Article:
Little Matthew Logan saw his dad walking off with a load of tools. "Daddy, can I go with you an' help you?" he called from the front door.
His father smiled at the inevitable question, knowing the 'help' a six-year-old generally gives. "Sorry darling, I'm going to help Mr Randall with his fencing today. It's a long walk for little legs; maybe you can come another time."
Disappointed, Matthew waved goodbye, and meandered back to his model farm that was strewn across the living room floor. Last Saturday he had watched Caleb Randall helping his father shear their flock of sheep, and in Matthew's eyes that was the ultimate completion of growing up. He pulled a block from the toy box and fixed it up in the corner of a barn with a long strip of selotape. Then he stuck a short bit of string to it, and the plastic men were duly pulled out to round up the flock of five sheep and 'shear' them with the new shearing machine.
"That's me," he said, placing a boy in the barn with the men, "I'm rolling up the fleeces, an' that's Daddy teaching me how to do it properly..."
Matthew passed the morning with his farm set, and when his mother called him through for lunch, he looked around expectantly.
"Is Daddy coming in?"
"No, Matthew, they took sandwiches up with them," his mother explained.
Matthew climbed into a chair and asked, "May I say grace like Daddy does?"
"Alright then," his mother smiled.
He closed his eyes and began solemnly, "Thant you, Father, for this good food and your presence with us. Bless this food for the use of our bodies, Ar-men."
As they munched on salad and sandwiches, Mrs Logan suggested, "Why don't you help me in the vegetable garden this afternoon?"
Matthew screwed up his face. "I really want to help Daddy more."
"I know, but the best way you can help him today is by being obedient, and helping me."
"Kay then; I'll help you."
* * * * *
Next morning, when Matthew came downstairs still sleepy-eyed, he saw his mother slicing bread on the kitchen table.
"Matthew, Daddy's checking the animals. Let's make him a special picnic lunch while he's out," she suggested.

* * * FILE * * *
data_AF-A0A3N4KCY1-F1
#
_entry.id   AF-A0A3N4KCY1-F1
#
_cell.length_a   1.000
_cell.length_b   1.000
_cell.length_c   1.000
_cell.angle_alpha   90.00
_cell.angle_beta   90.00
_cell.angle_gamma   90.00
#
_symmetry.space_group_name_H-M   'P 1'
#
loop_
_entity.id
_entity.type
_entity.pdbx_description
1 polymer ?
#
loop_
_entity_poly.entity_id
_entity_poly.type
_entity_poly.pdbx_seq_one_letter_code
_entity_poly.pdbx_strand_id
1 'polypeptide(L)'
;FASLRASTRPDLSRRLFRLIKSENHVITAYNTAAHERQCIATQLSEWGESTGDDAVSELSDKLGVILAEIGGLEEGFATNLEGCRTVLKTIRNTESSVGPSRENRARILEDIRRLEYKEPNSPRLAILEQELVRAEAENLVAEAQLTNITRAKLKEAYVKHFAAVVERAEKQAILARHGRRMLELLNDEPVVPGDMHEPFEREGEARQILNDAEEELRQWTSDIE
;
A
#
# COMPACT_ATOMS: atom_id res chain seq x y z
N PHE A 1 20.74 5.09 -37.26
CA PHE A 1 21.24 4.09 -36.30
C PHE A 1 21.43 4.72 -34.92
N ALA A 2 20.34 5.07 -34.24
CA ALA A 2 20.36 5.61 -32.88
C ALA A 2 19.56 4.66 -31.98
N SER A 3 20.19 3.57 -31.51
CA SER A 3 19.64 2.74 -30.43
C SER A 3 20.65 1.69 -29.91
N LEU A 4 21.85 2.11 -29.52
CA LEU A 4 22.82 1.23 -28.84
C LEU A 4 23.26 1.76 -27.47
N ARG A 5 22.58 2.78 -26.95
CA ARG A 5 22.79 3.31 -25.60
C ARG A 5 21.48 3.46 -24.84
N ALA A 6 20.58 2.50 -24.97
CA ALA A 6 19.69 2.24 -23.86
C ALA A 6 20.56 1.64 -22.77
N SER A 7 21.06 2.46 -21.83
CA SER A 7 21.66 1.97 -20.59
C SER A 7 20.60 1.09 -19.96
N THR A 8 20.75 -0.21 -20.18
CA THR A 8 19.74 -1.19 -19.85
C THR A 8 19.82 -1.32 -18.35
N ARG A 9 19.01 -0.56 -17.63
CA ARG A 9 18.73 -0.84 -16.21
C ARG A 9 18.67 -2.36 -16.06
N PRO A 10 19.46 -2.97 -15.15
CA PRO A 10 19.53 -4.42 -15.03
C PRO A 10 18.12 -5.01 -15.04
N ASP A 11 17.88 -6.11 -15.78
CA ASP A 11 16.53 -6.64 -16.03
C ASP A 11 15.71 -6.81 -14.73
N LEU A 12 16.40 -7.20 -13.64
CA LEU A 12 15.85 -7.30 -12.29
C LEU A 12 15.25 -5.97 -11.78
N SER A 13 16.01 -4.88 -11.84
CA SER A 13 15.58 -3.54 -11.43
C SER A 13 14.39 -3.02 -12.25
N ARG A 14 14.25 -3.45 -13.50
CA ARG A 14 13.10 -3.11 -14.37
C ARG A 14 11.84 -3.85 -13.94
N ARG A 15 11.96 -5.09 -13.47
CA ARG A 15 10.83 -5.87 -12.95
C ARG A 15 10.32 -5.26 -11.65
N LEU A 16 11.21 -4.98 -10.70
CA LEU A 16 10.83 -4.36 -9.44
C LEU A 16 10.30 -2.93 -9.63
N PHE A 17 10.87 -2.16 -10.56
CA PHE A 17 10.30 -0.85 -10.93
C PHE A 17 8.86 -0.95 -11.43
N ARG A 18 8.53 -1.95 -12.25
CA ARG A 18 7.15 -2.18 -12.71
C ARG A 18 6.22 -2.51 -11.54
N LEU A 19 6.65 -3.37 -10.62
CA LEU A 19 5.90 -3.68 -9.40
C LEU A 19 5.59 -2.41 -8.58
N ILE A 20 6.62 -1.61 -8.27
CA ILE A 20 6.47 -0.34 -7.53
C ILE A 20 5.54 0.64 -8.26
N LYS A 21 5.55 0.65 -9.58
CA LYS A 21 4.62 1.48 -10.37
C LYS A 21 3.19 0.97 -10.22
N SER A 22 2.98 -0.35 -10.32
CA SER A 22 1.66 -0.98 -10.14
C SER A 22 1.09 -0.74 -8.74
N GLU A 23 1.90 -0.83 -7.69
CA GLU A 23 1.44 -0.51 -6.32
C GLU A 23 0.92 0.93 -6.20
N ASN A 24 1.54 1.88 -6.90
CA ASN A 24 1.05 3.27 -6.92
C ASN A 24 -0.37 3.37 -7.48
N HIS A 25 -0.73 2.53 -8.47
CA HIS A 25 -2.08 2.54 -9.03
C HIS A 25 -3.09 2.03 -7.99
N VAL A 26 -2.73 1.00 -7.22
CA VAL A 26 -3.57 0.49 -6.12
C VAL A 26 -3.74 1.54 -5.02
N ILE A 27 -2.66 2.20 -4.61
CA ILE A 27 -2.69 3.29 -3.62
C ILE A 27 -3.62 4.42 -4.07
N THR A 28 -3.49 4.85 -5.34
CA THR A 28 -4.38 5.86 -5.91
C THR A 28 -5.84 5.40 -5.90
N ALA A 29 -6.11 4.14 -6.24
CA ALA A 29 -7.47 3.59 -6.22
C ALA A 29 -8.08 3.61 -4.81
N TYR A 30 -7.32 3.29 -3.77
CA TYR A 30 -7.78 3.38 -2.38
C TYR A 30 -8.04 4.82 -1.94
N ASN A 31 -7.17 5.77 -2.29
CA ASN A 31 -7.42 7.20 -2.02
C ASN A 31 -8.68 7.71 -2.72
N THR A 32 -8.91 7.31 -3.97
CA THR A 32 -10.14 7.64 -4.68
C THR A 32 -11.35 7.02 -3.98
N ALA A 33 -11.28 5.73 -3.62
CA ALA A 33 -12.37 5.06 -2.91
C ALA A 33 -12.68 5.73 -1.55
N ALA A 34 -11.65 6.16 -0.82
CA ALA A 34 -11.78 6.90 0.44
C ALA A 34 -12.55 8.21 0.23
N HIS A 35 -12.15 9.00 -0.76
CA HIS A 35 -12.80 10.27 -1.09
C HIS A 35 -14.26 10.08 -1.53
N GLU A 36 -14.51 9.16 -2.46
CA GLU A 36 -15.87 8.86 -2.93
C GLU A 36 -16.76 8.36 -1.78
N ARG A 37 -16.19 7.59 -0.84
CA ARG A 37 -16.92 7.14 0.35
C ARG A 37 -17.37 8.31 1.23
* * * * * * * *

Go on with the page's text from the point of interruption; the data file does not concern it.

"Yeah!" Matthew agreed, "Is it his birthday?"
"No," his mum laughed, "It's just because we love him."
So the two of them made his favourite cheese and chutney sandwiches, and found a packet of salted peanuts and a piece of cake. Then Matthew's mum wrote a note for him to trace over with felt-tips, while she made a flask of elderflower cordial. Matthew traced each letter a different colour: 'I LOVE YOU DADDY.'
Matthew could scarcely contain his excitement as they packed it all up into a bag. They wer just in time before Mr Logan came in to collect his lunch on the way over to the neighbours'.
The morning passed quickly, and Matthew was surprised when his mother handed him a bag and announced that they would walk across to the men for lunch. She had packed a lunch for the two of them as well!
Matthew started off running ahead, but he soon got tried and walked. After they had crossed a few fields he started lagging behind, but they eventually got to the field where the two men had just started their lunch.
After they had eaten, Matthew was allowed to stay and 'help'. He cut the bracken with secateurs when they trashed the over-grown fences. He kept an eye on where the men put the monkey-wrench and collected the staples into a bag when they were straining the sagging fences.
After a while, Matthew started to get tired and wanted to go back home.
But Daddy's been working all morning, Matthew thought, and all yesterday, on those fences, and he isn't complaining. An' I haven't heard Caleb complaining when he helps his dad. It must be growed-up not to.
So he determined to be 'growed-up', and sat down on the grass to watch them.
It seemed like a very long time before Matthew's dad picked him up to carry him home on his shoulders. When they got back, his dad boasted how good Matthew had been all afternoon, and quite useful, too. Matthew grinned, and put in, "I'm getting more growed-up now and soon I will be able to help Daddy with our sheep, like Caleb does."
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